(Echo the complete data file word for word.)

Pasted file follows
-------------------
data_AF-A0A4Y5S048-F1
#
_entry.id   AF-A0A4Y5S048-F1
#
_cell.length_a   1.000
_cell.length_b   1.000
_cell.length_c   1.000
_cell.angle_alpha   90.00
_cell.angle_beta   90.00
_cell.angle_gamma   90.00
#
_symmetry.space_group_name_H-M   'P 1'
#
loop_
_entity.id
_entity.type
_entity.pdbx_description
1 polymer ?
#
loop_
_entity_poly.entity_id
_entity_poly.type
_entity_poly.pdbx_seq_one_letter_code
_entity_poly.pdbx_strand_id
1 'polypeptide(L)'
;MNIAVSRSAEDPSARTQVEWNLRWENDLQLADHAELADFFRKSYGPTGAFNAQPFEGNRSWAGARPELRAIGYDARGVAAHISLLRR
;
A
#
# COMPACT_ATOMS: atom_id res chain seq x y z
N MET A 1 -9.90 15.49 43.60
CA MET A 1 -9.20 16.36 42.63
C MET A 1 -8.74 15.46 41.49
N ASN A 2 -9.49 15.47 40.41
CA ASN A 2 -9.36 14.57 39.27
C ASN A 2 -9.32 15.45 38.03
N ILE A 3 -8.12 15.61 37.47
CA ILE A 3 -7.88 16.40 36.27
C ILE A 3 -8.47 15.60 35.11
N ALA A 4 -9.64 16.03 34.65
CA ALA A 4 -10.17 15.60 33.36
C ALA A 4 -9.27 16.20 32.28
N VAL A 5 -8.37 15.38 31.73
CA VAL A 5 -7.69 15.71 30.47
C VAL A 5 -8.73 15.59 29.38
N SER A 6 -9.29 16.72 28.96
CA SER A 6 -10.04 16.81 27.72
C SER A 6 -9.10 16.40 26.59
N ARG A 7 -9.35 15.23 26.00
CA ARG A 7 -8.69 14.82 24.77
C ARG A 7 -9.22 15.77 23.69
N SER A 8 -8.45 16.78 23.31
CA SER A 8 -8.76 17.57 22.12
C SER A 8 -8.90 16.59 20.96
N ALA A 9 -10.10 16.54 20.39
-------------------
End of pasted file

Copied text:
data_AF-A0A4Y5S048-F1
#
_entry.id   AF-A0A4Y5S048-F1
#
_cell.length_a   1.000
_cell.length_b   1.000
_cell.length_c   1.000
_cell.angle_alpha   90.00
_cell.angle_beta   90.00
_cell.angle_gamma   90.00
#
_symmetry.space_group_name_H-M   'P 1'
#
loop_
_entity.id
_entity.type
_entity.pdbx_description
1 polymer ?
#
loop_
_entity_poly.entity_id
_entity_poly.type
_entity_poly.pdbx_seq_one_letter_code
_entity_poly.pdbx_strand_id
1 'polypeptide(L)'
;MNIAVSRSAEDPSARTQVEWNLRWENDLQLADHAELADFFRKSYGPTGAFNAQPFEGNRSWAGARPELRAIGYDARGVAAHISLLRR
;
A
#
# COMPACT_ATOMS: atom_id res chain seq x y z
N MET A 1 -9.90 15.49 43.60
CA MET A 1 -9.20 16.36 42.63
C MET A 1 -8.74 15.46 41.49
N ASN A 2 -9.49 15.47 40.41
CA ASN A 2 -9.36 14.57 39.27
C ASN A 2 -9.32 15.45 38.03
N ILE A 3 -8.12 15.61 37.47
CA ILE A 3 -7.88 16.40 36.27
C ILE A 3 -8.47 15.60 35.11
N ALA A 4 -9.64 16.03 34.65
CA ALA A 4 -10.17 15.60 33.36
C ALA A 4 -9.27 16.20 32.28
N VAL A 5 -8.37 15.38 31.73
CA VAL A 5 -7.69 15.71 30.47
C VAL A 5 -8.73 15.59 29.38
N SER A 6 -9.29 16.72 28.96
CA SER A 6 -10.04 16.81 27.72
C SER A 6 -9.10 16.40 26.59
N ARG A 7 -9.35 15.23 26.00
CA ARG A 7 -8.69 14.82 24.77
C ARG A 7 -9.22 15.77 23.69
N SER A 8 -8.45 16.78 23.31
CA SER A 8 -8.76 17.57 22.12
C SER A 8 -8.90 16.59 20.96
N ALA A 9 -10.10 16.54 20.39